As you can see, there are a lot of things to do around campus, and I have only told you about a very small percentage of attractions that Bloomsbury has to offer. I encourage you to go ahead and discover more things on your own, I can guarantee you will find hidden gems everywhere! After all, you are in the heart of London if you come to Birkbeck – there is bound to be something exciting around the corner for you to enjoy.  

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How I’ve found my first term at Birkbeck

Wojciech Zaluski, MSc International Marketing student, shares his experiences of his first term at Birkbeck, reflecting on how he’s found in-person lectures and what the most enjoyable aspects of his course have been so far.

My first term at Birkbeck was my first formal interaction with the British education system and my reappearance within formal learning – it’s been a long time since I finished my Master’s degree in Philosophy at the Jagiellonian University in Poland.

As 2021 was another year overshadowed by the COVID-19 pandemic, before the start of the term we were informed that we could choose whether we study in-person or join lectures and seminars online. I chose to study in-person, and as I am studying part time, my first term only had two modules and classes took place during the evenings, due to Birkbeck’s evening teaching model.

In my first term, I found having in-person lectures to be really stimulating; the lecturers are very approachable and engage us in conversations. Students are encouraged to talk to each other and share their insights, and because classes are very international with students from all walks of life, those conversations are especially interesting. I was able to share my thoughts and exchange my ideas with students from Japan, Brasilia, USA, Ukraine, and the UK.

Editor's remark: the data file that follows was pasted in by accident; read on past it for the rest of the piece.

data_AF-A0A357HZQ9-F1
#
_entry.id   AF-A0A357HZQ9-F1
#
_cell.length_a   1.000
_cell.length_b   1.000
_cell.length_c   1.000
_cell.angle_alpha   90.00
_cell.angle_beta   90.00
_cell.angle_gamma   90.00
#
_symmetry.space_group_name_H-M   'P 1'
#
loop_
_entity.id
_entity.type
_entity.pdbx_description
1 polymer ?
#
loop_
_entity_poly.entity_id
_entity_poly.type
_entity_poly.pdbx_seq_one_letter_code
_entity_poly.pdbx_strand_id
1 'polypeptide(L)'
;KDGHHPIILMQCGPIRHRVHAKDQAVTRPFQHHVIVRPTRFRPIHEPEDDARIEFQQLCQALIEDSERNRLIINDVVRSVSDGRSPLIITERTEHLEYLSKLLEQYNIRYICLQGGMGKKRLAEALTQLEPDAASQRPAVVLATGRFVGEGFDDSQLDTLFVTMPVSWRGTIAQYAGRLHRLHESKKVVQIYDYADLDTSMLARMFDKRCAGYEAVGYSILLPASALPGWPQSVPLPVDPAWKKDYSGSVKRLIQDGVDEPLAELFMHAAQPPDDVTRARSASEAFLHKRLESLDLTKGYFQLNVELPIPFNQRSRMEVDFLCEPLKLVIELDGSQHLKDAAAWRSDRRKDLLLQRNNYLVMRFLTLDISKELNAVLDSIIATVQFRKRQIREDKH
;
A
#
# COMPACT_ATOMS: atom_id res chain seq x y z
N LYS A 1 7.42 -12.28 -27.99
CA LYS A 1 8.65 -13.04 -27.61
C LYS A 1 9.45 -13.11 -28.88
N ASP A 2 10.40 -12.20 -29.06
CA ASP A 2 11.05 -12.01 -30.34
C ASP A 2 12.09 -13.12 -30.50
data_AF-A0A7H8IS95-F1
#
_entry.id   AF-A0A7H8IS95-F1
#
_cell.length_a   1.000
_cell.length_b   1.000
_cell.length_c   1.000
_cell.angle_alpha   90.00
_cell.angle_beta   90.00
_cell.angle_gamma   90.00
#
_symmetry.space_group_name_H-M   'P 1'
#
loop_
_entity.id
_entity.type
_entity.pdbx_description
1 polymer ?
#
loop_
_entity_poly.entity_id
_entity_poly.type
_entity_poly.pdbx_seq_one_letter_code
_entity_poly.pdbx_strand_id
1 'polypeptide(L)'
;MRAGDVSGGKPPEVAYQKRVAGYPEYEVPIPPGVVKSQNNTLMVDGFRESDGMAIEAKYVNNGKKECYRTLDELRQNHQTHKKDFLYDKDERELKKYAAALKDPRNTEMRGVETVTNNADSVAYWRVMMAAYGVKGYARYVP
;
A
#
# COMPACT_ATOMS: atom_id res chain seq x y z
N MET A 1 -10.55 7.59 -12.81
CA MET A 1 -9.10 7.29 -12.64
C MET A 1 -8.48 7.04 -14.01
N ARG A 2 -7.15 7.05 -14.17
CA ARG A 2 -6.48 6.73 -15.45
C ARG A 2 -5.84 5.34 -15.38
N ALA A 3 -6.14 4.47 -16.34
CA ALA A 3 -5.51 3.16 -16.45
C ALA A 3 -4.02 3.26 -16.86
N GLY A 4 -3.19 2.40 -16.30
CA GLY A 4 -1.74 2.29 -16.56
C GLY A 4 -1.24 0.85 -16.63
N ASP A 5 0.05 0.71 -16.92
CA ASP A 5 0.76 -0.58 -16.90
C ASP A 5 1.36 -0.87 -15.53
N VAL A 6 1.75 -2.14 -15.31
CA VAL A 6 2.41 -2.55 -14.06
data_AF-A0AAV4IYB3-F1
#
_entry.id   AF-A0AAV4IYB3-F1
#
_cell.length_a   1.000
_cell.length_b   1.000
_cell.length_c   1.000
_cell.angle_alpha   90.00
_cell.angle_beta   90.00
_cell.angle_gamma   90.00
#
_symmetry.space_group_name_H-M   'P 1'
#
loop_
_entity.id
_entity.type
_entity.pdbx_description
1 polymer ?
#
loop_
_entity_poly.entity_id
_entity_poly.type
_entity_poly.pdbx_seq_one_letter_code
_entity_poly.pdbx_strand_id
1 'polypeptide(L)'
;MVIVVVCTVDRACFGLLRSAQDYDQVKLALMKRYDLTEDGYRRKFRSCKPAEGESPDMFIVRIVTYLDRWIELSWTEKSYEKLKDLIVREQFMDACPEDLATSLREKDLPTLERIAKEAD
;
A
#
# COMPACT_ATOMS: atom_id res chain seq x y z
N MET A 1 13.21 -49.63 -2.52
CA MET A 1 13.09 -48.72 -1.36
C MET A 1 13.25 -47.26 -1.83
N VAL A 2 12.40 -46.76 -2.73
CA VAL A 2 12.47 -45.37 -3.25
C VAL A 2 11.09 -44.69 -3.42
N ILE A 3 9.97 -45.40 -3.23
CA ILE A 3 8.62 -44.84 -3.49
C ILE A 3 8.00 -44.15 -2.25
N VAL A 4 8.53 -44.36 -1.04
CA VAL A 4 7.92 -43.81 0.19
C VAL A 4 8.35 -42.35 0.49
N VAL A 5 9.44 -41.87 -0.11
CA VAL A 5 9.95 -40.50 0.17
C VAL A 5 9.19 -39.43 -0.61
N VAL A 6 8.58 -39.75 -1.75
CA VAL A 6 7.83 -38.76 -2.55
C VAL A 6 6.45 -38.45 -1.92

In all our lectures, what we were learning was strongly focused on the state of culture and society now, so it all felt very relevant. We were asked to discuss articles that highlighted how the internet is shaping our society and economy and at the same time how COVID-19 is shaping the marketing strategies of big companies. My first module was in Strategic Marketing Management, and we were assigned a group project. I joined a group of students from the USA, England, and Portugal, and we worked together on developing a marketing strategy for Netflix. Grace, a fellow student from the USA, proposed we should focus on the needs and interests of Gen Z, the generation born between 1997 to 2012. That was very interesting for me as someone who represents Gen X/Millennials.